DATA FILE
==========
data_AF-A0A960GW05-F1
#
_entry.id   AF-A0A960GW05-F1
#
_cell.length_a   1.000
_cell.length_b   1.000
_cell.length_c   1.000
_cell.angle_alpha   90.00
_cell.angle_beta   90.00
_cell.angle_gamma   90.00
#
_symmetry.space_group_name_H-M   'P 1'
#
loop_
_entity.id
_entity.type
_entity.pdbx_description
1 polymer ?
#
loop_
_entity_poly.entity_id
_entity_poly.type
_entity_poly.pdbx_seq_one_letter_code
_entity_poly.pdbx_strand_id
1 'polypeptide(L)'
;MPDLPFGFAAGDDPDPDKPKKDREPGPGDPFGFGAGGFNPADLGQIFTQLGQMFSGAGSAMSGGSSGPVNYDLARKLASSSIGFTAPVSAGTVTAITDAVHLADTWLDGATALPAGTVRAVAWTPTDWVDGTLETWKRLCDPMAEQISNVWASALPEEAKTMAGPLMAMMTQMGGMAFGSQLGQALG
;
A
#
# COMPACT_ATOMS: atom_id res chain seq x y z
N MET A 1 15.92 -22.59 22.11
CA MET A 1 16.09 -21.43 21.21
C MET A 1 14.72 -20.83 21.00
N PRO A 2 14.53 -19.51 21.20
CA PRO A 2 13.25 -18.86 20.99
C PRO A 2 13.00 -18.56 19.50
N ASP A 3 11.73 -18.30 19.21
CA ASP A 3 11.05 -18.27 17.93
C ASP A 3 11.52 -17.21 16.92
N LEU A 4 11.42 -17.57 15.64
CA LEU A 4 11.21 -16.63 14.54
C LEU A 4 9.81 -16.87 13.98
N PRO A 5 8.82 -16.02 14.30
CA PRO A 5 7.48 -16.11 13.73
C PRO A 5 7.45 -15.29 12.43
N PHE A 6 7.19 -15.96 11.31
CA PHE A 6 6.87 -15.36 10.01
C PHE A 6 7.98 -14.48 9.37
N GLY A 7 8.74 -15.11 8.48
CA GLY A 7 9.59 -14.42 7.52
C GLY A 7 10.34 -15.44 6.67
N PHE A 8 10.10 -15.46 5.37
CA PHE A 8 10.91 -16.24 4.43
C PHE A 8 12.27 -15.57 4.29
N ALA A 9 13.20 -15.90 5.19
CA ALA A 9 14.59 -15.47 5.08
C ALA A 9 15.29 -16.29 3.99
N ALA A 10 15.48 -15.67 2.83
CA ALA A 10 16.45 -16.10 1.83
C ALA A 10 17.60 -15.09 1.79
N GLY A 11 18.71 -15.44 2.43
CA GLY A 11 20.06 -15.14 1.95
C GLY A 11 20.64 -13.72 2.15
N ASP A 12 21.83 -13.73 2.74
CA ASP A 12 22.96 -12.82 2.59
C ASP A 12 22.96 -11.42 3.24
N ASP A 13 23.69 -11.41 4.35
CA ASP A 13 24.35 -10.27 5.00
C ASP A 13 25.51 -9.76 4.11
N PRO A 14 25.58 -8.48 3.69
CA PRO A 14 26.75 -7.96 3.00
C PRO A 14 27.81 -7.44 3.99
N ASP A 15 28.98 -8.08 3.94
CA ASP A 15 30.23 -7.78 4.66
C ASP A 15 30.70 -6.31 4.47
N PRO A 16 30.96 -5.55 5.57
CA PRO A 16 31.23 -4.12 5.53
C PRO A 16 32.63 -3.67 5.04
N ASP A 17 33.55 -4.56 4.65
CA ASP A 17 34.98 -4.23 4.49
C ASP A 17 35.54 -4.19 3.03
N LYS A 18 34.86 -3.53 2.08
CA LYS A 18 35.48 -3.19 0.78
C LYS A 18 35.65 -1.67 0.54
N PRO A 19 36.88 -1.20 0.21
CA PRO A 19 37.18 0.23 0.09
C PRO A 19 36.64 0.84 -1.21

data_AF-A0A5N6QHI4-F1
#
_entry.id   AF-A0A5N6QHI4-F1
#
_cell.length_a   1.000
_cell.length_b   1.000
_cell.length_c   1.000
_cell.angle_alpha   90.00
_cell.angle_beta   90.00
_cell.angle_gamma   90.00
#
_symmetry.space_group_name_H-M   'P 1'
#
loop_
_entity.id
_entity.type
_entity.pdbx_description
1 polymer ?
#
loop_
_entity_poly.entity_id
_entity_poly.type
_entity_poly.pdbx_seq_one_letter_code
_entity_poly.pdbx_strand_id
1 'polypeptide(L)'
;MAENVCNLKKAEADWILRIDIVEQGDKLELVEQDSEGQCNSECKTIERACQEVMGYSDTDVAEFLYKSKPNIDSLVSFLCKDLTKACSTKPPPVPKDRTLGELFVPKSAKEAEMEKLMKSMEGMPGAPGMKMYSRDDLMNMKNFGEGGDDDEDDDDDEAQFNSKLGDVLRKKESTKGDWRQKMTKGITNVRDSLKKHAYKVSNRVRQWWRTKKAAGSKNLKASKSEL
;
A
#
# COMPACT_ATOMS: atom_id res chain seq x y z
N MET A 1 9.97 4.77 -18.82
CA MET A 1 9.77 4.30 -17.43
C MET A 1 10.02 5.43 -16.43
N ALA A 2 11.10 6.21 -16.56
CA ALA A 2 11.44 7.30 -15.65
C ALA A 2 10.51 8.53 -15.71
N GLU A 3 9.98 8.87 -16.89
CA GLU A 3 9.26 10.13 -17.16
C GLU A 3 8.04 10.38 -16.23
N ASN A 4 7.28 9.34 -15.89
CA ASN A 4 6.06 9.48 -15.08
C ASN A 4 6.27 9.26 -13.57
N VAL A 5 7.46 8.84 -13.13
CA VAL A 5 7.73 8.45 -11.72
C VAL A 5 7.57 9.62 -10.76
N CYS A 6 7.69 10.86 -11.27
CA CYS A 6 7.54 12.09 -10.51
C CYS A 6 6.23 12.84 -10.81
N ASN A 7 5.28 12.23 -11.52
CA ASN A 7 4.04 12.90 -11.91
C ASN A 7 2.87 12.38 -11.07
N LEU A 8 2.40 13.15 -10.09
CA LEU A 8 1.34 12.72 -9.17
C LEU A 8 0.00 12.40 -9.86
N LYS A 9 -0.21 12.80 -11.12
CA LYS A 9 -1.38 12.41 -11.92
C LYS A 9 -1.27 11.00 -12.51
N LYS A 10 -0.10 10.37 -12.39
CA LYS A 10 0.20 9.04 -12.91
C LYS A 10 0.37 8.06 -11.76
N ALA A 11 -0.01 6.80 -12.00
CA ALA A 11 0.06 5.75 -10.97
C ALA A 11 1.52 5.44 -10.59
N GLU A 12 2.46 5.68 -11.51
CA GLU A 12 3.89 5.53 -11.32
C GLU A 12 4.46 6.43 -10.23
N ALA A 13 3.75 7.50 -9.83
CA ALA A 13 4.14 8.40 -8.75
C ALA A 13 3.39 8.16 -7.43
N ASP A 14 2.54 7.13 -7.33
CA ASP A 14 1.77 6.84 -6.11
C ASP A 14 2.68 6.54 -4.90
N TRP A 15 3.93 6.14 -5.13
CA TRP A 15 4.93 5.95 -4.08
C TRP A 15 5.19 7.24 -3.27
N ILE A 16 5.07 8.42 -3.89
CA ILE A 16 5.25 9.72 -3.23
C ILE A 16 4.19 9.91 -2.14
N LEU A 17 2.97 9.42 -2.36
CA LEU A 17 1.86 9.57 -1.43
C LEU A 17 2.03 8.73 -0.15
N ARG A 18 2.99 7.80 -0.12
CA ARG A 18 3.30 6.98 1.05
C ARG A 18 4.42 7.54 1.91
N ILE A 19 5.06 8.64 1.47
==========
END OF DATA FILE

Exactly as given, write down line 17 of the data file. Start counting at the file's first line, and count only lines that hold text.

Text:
_entity.pdbx_description